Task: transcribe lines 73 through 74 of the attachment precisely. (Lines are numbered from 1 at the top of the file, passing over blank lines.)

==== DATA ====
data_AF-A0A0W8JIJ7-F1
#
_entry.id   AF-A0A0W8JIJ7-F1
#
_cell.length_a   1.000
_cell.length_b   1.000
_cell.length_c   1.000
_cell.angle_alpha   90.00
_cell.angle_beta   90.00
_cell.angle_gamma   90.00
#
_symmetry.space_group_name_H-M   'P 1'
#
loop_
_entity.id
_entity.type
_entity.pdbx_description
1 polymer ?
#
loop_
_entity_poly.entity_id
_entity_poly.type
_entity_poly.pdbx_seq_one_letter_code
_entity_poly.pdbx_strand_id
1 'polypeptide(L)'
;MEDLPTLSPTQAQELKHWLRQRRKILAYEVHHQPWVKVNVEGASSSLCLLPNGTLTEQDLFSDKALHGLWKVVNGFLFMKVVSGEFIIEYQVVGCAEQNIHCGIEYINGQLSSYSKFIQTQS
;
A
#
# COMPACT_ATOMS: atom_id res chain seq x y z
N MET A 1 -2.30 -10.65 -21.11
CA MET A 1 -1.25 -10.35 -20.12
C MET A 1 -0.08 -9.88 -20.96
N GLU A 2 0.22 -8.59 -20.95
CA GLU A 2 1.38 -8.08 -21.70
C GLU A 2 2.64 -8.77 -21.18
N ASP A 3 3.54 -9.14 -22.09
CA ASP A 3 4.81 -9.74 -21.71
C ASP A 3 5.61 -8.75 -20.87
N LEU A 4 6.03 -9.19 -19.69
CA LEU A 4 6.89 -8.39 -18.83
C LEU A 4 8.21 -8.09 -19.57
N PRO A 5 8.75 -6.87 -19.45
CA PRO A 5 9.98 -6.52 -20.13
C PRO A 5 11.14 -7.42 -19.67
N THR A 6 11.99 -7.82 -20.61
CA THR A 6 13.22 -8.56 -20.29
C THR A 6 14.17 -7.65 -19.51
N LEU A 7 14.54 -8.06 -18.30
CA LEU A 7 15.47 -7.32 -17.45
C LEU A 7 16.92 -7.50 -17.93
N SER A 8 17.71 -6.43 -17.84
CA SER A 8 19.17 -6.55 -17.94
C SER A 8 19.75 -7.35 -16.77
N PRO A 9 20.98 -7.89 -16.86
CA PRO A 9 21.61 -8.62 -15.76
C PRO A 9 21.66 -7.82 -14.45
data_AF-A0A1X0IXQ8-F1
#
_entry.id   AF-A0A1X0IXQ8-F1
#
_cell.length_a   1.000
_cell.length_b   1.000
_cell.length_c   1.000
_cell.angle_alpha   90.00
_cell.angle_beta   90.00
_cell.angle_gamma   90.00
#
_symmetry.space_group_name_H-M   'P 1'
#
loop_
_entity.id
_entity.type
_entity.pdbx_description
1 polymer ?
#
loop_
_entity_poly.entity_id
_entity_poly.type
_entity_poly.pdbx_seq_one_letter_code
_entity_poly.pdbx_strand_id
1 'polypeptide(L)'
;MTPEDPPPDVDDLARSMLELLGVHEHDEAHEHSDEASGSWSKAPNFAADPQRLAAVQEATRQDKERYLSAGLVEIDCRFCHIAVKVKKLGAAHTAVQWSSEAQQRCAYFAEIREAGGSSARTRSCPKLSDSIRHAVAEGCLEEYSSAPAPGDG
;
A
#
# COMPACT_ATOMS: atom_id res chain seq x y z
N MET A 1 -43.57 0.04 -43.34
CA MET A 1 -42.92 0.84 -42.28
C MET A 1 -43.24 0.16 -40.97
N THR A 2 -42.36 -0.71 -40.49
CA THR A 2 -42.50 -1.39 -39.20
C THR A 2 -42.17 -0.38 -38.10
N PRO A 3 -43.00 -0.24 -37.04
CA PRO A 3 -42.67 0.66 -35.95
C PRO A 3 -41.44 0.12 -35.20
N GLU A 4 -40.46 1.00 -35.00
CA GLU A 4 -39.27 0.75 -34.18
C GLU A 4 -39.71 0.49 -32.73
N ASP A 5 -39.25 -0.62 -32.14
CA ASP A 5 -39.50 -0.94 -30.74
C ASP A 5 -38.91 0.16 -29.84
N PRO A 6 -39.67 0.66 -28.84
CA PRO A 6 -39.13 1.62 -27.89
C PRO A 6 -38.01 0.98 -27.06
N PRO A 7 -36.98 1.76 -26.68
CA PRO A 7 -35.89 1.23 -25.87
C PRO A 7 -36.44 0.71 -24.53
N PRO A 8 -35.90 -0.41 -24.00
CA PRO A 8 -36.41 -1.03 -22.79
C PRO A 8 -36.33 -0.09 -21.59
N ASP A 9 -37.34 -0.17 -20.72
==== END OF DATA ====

_entity.type
_entity.pdbx_description